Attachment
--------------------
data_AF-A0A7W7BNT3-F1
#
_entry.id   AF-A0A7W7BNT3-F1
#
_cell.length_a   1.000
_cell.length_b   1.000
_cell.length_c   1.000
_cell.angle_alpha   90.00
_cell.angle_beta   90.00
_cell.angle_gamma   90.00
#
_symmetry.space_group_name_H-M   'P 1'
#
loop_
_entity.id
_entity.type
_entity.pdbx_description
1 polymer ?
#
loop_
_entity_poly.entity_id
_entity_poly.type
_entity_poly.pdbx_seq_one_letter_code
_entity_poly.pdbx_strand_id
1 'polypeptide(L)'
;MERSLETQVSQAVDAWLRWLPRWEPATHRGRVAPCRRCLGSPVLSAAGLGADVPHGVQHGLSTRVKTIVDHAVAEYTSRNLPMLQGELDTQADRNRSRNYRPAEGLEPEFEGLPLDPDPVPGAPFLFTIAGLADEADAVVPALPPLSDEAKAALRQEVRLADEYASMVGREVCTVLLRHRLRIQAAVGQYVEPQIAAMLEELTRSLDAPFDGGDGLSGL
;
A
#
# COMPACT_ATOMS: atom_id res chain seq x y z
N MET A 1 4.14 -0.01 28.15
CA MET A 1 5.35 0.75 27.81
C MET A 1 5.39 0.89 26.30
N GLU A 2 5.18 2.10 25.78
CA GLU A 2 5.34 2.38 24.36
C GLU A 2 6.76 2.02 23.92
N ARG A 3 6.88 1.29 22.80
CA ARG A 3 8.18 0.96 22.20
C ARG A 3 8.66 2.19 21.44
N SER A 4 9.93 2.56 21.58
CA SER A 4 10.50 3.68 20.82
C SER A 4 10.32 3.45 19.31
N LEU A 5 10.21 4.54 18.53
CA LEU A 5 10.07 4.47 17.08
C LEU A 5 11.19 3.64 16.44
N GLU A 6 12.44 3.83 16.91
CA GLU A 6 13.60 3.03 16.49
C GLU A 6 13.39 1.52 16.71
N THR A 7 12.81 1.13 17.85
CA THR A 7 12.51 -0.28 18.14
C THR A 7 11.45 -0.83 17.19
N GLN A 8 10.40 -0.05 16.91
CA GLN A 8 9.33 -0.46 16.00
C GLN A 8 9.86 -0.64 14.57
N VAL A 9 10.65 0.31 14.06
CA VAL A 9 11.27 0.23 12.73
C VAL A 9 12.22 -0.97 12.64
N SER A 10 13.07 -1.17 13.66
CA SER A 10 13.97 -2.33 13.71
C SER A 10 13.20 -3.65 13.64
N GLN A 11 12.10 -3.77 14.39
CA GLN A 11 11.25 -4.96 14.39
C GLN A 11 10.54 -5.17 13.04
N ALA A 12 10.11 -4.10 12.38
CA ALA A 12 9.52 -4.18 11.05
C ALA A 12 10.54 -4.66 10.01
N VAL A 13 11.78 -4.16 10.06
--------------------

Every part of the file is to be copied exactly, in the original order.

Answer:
data_AF-A0A7W7BNT3-F1
#
_entry.id   AF-A0A7W7BNT3-F1
#
_cell.length_a   1.000
_cell.length_b   1.000
_cell.length_c   1.000
_cell.angle_alpha   90.00
_cell.angle_beta   90.00
_cell.angle_gamma   90.00
#
_symmetry.space_group_name_H-M   'P 1'
#
loop_
_entity.id
_entity.type
_entity.pdbx_description
1 polymer ?
#
loop_
_entity_poly.entity_id
_entity_poly.type
_entity_poly.pdbx_seq_one_letter_code
_entity_poly.pdbx_strand_id
1 'polypeptide(L)'
;MERSLETQVSQAVDAWLRWLPRWEPATHRGRVAPCRRCLGSPVLSAAGLGADVPHGVQHGLSTRVKTIVDHAVAEYTSRNLPMLQGELDTQADRNRSRNYRPAEGLEPEFEGLPLDPDPVPGAPFLFTIAGLADEADAVVPALPPLSDEAKAALRQEVRLADEYASMVGREVCTVLLRHRLRIQAAVGQYVEPQIAAMLEELTRSLDAPFDGGDGLSGL
;
A
#
# COMPACT_ATOMS: atom_id res chain seq x y z
N MET A 1 4.14 -0.01 28.15
CA MET A 1 5.35 0.75 27.81
C MET A 1 5.39 0.89 26.30
N GLU A 2 5.18 2.10 25.78
CA GLU A 2 5.34 2.38 24.36
C GLU A 2 6.76 2.02 23.92
N ARG A 3 6.88 1.29 22.80
CA ARG A 3 8.18 0.96 22.20
C ARG A 3 8.66 2.19 21.44
N SER A 4 9.93 2.56 21.58
CA SER A 4 10.50 3.68 20.82
C SER A 4 10.32 3.45 19.31
N LEU A 5 10.21 4.54 18.53
CA LEU A 5 10.07 4.47 17.08
C LEU A 5 11.19 3.64 16.44
N GLU A 6 12.44 3.83 16.91
CA GLU A 6 13.60 3.03 16.49
C GLU A 6 13.39 1.52 16.71
N THR A 7 12.81 1.13 17.85
CA THR A 7 12.51 -0.28 18.14
C THR A 7 11.45 -0.83 17.19
N GLN A 8 10.40 -0.05 16.91
CA GLN A 8 9.33 -0.46 16.00
C GLN A 8 9.86 -0.64 14.57
N VAL A 9 10.65 0.31 14.06
CA VAL A 9 11.27 0.23 12.73
C VAL A 9 12.22 -0.97 12.64
N SER A 10 13.07 -1.17 13.66
CA SER A 10 13.97 -2.33 13.71
C SER A 10 13.20 -3.65 13.64
N GLN A 11 12.10 -3.77 14.39
CA GLN A 11 11.25 -4.96 14.39
C GLN A 11 10.54 -5.17 13.04
N ALA A 12 10.11 -4.10 12.38
CA ALA A 12 9.52 -4.18 11.05
C ALA A 12 10.54 -4.66 10.01
N VAL A 13 11.78 -4.16 10.06